- Posted on : November 11, 2020
- Industry : Corporate
- Service : Corporate
- Type: Blog
With the rapid adoption of Cloud, CIOs of large organizations with on-prem legacy applications are at a critical juncture. They must show courage and pull the trigger on a complete overhaul of their legacy platforms. Only companies with such fearless CIOs will be able to compete with new age cloud-first companies, and failure to do so will reduce the ability of companies to scale new services and offerings with the ever-increasing customer demands.
Temporary solution and the challenges posed:
A common misconception around cloud strategy is that its main driver for adoption is the cost advantage it offers. However, cloud adoption rose to prominence because it helped companies respond to consumer demands faster. Early adopters were organizations that wanted to respond quickly to changing customer demands for example for retailers to meet increased demand during the crucial fourth calendar quarter. Today adoption of Cloud is inevitable, with nearly all organizations looking to migrate applications to the Cloud. However, there is a caveat; the existing business applications were created using the traditional IT paradigm, and as a result, these applications are typically monolithic and configured for fixed/static capacity in a few data centers. Simply moving them to the Cloud will not magically endow them with all the dynamic features of the Cloud.
Our observations show, that there is a general desire to opt for an architecture that keeps core systems on premise, for example legacy mainframes or core ERP and supply chain applications that are too risky to move as they are core to the business operations. However, microservices can be developed and exposed through API Integration Layer to connect these core applications to cloud services.
As customer and user demands change, more changes in the architecture will be needed, and at some point, such changes will make the whole system untenable. Many enterprises are stuck. They are supporting both their inefficient, traditional data-center environments and their inadequately planned Cloud implementations that are not easy to manage nor as cost-effective as they were perceived.
Cloud-first companies are challenging legacy organizations:
Many newer companies are cloud-first companies, and they may eventually overtake older organizations purely because they will be able to respond to customer demands faster. CIOs of established organizations therefore need to step up and show the courage to look at completely overhauling their internal systems, while considering that they must not overly disrupt business as usual, through an orderly approach that involves “No Big Bang”. CIOs will need to look at their internal systems dispassionately or invite a third-party consultant to chart out this journey. This starts with first rationalizing an IT portfolio, including retiring legacy applications that can be replaced with more modern, and cheaper, SaaS offerings, that are cloud native. Another approach is ‘Servicification, ’ leading to ‘Cloudification’(Moving a service to the Internet or the Cloud). While embracing the Cloud can have a significant upside, it requires substantial investment in a multi-year journey. For this reason, such a transformation approach needs active commitment from all at the C-Level with a clear mandate given to the CIO and his/her team.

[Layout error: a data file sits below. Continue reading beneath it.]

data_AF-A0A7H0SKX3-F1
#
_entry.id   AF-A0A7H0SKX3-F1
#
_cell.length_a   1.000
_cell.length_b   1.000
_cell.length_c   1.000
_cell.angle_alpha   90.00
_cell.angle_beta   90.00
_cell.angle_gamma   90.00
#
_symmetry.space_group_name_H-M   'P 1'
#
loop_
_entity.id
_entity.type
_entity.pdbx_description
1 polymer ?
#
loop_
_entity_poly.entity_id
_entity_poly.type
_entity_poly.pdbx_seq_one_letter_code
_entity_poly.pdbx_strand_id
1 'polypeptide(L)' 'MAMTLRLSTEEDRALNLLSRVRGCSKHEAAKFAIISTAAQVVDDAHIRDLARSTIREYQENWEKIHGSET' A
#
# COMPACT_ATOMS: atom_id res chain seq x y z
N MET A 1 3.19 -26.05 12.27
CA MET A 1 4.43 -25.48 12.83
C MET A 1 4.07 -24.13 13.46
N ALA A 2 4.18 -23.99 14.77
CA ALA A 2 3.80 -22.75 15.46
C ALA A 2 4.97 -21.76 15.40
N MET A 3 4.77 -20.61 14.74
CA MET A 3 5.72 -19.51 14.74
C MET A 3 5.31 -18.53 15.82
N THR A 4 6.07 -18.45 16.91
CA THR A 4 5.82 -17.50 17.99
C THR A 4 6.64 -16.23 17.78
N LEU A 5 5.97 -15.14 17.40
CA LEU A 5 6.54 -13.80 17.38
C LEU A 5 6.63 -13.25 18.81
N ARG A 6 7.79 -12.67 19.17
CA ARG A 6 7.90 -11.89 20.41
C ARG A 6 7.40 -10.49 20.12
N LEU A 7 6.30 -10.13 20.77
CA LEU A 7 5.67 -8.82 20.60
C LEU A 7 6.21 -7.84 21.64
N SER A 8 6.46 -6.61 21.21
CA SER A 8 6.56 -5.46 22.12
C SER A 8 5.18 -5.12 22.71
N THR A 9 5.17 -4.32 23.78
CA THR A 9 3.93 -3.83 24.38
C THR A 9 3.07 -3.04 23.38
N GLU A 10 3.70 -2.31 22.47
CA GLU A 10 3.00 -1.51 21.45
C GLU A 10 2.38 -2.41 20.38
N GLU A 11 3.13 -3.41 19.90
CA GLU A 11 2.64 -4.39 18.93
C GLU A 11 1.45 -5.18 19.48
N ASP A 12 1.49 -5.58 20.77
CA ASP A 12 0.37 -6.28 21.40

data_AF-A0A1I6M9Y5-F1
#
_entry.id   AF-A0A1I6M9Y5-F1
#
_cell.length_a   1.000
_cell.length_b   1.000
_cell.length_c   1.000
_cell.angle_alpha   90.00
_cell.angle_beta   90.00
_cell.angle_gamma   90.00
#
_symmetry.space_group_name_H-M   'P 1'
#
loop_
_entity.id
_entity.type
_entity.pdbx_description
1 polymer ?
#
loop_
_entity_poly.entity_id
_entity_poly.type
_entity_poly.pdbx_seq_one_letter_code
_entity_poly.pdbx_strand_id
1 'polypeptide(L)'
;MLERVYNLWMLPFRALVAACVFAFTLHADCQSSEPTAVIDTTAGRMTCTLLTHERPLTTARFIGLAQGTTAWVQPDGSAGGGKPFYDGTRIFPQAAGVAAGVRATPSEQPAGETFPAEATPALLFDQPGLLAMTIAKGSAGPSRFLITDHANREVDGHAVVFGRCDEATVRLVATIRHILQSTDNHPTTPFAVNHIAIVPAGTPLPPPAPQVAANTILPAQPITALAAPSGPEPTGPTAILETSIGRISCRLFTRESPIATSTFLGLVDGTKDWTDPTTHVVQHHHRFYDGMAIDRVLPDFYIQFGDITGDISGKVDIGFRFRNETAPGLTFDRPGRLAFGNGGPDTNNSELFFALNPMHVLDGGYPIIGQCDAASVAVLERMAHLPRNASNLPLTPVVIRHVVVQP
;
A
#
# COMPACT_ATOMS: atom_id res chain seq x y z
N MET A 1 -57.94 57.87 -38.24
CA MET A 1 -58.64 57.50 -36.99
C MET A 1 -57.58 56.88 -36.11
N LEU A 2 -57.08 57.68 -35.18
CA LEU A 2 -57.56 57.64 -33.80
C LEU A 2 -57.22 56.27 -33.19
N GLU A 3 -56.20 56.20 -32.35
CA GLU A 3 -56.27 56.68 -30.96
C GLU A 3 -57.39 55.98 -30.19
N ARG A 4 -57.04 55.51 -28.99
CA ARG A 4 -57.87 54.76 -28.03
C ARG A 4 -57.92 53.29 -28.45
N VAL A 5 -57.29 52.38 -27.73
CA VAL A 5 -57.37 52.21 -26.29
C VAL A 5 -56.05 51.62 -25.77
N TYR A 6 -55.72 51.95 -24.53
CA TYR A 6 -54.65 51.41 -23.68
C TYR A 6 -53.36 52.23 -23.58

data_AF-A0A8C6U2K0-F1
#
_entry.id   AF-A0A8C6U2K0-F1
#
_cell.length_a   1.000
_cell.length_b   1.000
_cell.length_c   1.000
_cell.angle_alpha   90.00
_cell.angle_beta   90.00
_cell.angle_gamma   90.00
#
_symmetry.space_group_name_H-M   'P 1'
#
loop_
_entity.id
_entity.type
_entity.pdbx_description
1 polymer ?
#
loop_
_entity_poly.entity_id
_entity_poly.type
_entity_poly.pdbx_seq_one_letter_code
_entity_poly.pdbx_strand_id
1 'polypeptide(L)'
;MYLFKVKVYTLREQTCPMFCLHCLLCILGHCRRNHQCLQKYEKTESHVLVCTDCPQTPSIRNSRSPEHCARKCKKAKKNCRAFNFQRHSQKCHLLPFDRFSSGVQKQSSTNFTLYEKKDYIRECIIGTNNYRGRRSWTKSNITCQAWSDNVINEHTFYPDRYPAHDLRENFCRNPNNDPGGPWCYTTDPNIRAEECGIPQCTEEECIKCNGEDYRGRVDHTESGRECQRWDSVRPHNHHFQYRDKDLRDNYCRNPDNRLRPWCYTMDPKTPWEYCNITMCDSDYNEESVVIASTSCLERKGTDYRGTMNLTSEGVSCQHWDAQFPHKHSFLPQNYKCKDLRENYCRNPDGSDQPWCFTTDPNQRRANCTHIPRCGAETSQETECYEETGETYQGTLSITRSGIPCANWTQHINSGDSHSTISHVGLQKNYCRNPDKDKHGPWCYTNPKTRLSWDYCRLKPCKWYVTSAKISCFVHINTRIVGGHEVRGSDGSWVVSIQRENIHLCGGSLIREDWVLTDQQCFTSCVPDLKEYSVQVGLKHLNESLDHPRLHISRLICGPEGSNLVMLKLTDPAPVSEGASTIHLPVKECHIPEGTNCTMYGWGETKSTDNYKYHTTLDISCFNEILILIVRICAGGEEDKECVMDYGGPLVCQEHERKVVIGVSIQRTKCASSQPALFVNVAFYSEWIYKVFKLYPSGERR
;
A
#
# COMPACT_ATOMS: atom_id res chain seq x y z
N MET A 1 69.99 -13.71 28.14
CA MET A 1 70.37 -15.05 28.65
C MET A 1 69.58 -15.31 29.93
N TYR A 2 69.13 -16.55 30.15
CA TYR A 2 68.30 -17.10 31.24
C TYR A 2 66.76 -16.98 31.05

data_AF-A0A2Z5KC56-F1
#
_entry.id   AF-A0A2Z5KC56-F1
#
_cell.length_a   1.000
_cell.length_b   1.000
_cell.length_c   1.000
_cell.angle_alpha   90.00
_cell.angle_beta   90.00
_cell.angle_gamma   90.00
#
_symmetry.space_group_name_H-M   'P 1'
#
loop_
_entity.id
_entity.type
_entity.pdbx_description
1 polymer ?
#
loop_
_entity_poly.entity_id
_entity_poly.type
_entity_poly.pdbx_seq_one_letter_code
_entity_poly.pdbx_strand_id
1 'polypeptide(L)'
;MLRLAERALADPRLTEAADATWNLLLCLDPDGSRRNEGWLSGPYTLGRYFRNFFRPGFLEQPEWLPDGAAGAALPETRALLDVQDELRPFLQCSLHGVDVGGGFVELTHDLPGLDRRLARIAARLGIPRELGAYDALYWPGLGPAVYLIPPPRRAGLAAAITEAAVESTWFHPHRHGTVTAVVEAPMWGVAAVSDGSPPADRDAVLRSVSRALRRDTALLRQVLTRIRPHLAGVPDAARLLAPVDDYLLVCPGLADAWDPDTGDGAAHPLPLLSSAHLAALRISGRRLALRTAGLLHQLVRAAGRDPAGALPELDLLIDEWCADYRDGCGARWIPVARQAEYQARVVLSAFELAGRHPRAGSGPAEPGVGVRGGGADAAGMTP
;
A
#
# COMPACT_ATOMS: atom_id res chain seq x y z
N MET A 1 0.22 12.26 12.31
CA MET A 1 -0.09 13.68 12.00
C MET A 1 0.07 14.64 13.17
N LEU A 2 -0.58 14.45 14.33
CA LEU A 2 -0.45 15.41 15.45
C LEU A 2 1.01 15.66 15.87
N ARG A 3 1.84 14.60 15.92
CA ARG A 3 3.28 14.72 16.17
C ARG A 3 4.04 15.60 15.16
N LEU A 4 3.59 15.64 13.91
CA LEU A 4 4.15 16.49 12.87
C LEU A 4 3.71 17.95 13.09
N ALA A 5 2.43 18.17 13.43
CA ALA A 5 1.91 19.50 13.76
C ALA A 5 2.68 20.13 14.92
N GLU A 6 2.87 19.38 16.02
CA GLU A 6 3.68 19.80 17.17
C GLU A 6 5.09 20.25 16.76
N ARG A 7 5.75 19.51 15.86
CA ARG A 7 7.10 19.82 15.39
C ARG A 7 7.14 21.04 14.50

CIOs who have shown the courage:
The inset diagram shows how compute and storage demand is moving to cloud services providers and away from enterprise on-prem. Netflix is one of the most known examples of this kind of commitment to and investment in the cloud-enabled, next-generation infrastructure. It spent seven years on its transformation, adopting a cloud-native approach, rebuilding all its technology, and restructuring the way it operated. As a result, service availability has increased, nearing the company’s stated goal of 99.99 percent uptime. This approach has helped Netflix reduce their streaming cost to a fraction of what it was in their own data center. Spotify, which initially chose, for strategic reasons, to have their own IT infrastructure systems, is now opting to move to the Cloud to leverage the scalability and the higher-order functionality it offers. Spotify and Netflix are not the only examples; many well-established enterprises have realized this and are making this commitment too. Maersk is migrating its legacy systems to reduce the cost and operational risk while leveraging advanced analytics to streamline operations. Another company migrating computing and storage capacity to a public cloud is GE Oil & Gas, while Capital One is running its mobile application on AWS.
How can service companies help:
IT Services and engineering companies have been supporting CIOs and CTOs in this journey. This often starts with a workshop that leads to roadmap planning including performing a technology portfolio rationalization. The teams conduct workshops to identify how to make this journey in a phased manner. Generally, such exercises will help get a dispassionate view on how to rationalize the company’s application portfolio. What applications can be retired, what can be replaced with SaaS solutions, what can be migrated as is or with some degree of modifications or that must be re-written. This exercise will help to come up with a clear cloud enablement roadmap design that also meets business and ITs needs, including meeting security and compliance needs. We are also helping CIOs re-architect their legacy architectures, delivering microservices based architectures to meet future scalability needs.
The Final Word:
The companies that will succeed in the next decade will be those whose CIOs who dared to steer their organization to become cloud-centric companies, but did it in a strategic approach that involves no big bang, and engage a partner, such as Infogain, to take them through their journey.